This has been working really well for us so far. Every morning I look at all the meals I have planned and pick which one I want to cook based on how much time I might have that night and grab the meat out of the freezer. Then at night there's no thinking or wondering what I'm going to cook, I can start as soon as I get home. It's great.

Shop in bulk less often
Shopping less often works in my family because we all work long hours and time outside of that is at a premium. But everyone will be different here. So I try and buy things we use a lot in bulk once a month (rice, pasta, coffee etc). Then do the weekly meat & veg shop once a week. Every now and then I have to pop out for bread and milk or the local Asian shop because they don't have the Thai spice I need at the supermarket but overall I have managed to maximise my shopping time really well.

Make your lunch
When you work in an office it is so tempting to buy your lunch but there is two major reasons you should try and avoid this; first is the cost, we all know how much those daily lunches add up! And second is that most of the time you grab it takeaway to have back at the office to 'save time'. And into the rubbish goes all those takeaway containers that will sit in our landfills for years to come.

So make the effort and setup your lunch the night before. It doesn't have to be difficult, you can usually do it at the same time as cooking dinner. One of my favourites for winter is simply chunky soup. Sometimes from a can, sometimes home made depending on what I have in the house. Paired with some bread or home made buns in a reusable wrap it is one of the easiest lunches to take with you to the office. Or why not make a little extra dinner and take it as leftovers for your lunch the next day?

Encourage your work to go green.
If you spend most of your week day at your office or place of work have a look around and see if there are small things you can do in the office. Do they have a recycling system in place? If you have a computer do you turn it off each night? Think about how much paper you print and try to reduce it. It all adds up.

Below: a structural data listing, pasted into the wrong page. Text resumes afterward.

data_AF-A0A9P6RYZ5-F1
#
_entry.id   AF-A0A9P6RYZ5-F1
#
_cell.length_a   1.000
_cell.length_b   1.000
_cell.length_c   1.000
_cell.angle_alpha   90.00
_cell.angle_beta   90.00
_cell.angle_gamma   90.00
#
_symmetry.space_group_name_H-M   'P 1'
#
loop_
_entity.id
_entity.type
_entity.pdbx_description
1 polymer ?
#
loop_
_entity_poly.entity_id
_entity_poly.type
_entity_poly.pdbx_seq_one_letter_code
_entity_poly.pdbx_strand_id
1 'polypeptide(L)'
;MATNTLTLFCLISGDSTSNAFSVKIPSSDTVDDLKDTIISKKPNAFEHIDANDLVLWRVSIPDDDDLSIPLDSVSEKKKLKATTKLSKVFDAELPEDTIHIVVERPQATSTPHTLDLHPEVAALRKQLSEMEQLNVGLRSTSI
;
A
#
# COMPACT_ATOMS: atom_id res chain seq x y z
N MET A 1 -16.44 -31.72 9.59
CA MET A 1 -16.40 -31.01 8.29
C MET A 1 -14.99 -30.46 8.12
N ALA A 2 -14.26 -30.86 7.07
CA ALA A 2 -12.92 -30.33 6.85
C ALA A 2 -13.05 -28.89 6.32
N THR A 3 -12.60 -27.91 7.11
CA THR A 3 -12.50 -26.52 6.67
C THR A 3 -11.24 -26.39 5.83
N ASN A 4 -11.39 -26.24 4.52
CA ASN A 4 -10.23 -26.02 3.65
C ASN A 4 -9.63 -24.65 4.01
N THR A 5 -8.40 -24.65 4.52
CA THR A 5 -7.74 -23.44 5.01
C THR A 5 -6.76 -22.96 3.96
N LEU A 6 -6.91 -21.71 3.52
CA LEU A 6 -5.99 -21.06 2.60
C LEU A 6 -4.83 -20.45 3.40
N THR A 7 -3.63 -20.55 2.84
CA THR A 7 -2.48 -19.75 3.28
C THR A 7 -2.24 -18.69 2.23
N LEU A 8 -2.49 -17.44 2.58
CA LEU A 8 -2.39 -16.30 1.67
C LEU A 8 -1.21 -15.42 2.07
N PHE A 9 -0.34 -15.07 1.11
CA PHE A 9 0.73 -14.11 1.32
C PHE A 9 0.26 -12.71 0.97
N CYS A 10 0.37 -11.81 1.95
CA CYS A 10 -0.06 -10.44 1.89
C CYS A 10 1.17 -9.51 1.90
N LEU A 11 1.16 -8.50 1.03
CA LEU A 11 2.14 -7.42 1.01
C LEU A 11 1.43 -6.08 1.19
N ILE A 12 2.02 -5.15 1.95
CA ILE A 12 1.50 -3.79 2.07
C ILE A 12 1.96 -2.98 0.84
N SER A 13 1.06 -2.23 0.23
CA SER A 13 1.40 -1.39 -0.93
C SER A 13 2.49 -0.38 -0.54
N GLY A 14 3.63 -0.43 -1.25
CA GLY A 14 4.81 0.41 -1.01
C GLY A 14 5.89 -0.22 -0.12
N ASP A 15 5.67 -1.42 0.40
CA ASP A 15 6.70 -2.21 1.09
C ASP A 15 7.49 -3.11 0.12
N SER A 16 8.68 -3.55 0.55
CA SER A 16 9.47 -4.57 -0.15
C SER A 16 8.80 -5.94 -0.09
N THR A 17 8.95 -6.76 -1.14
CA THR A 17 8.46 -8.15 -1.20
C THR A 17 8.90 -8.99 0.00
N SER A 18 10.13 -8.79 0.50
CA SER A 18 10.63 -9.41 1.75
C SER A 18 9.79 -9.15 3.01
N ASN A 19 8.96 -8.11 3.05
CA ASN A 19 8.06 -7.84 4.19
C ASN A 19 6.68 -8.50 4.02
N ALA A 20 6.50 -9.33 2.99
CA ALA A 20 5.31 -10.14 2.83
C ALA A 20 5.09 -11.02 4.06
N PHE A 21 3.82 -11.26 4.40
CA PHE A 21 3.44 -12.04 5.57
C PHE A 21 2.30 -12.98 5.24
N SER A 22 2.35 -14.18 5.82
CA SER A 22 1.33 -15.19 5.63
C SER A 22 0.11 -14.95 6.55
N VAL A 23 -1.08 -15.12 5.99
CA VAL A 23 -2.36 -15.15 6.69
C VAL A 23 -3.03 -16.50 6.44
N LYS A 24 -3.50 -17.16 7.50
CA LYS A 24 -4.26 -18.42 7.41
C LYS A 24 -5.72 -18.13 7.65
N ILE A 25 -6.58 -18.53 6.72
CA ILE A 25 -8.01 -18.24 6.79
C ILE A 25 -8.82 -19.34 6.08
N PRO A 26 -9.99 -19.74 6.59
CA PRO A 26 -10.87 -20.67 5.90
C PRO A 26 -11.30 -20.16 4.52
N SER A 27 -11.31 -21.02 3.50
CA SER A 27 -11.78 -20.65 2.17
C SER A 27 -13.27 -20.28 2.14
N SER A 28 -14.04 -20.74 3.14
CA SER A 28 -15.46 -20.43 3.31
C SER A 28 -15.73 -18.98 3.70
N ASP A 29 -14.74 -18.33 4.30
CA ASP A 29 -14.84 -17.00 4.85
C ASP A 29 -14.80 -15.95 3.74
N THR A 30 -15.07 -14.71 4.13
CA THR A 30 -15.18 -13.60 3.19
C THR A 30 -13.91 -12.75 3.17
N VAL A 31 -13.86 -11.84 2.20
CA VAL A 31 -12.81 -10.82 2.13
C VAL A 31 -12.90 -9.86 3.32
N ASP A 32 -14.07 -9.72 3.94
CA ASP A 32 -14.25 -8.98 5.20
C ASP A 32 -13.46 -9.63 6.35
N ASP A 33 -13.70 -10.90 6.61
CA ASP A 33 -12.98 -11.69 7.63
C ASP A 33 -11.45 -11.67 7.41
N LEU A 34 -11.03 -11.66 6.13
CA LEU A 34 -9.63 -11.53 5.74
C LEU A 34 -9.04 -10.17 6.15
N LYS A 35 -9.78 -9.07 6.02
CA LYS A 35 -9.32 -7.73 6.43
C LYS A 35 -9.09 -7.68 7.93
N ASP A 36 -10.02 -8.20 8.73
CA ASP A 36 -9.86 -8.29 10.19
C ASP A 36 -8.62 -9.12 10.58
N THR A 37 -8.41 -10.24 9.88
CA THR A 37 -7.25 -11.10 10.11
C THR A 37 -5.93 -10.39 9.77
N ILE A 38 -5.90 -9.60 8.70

Working away from home or for long hours should not prevent you from living the eco-lifestyle you want. It simply requires a bit of preparation.


  1. Great post. The making your own lunch point is really a good one.

    True story: When Mike and I moved from the city into the country, I quit my full-time job. The weird thing was, we felt like we had more expendable money after I quit. So we took a look at things and figured out that we had been spending about $500-$700 PER MONTH on dinners at restaurants/drinks with friends/lunches with coworkers.

    Whoa. How we never realized that, I have no idea. We thought we were running a fairly tight ship when it came to our budget and eating out. We were always saying stuff like "we shouldn't go out tonight, we should save money" but the thing is that when it's EASY to eat out, you do it way more than you think you do.

    Now, in our small town, there is like one restaurant. We spend about $75 a month on drinks/dinners out. No more work-lunches for me with coworkers, and Mike works from home so I make his lunch. :)

  2. Oh I hear ya! It is so easy to splurge far too much on eating out when you live in the city. I try and limit us to 1-2 nights out a month which helps keep the cost down but also we tend to like asian restaurants (thai, chinese, vietnamese) which also is a lot cheaper than european restaurants so that also helps a lot.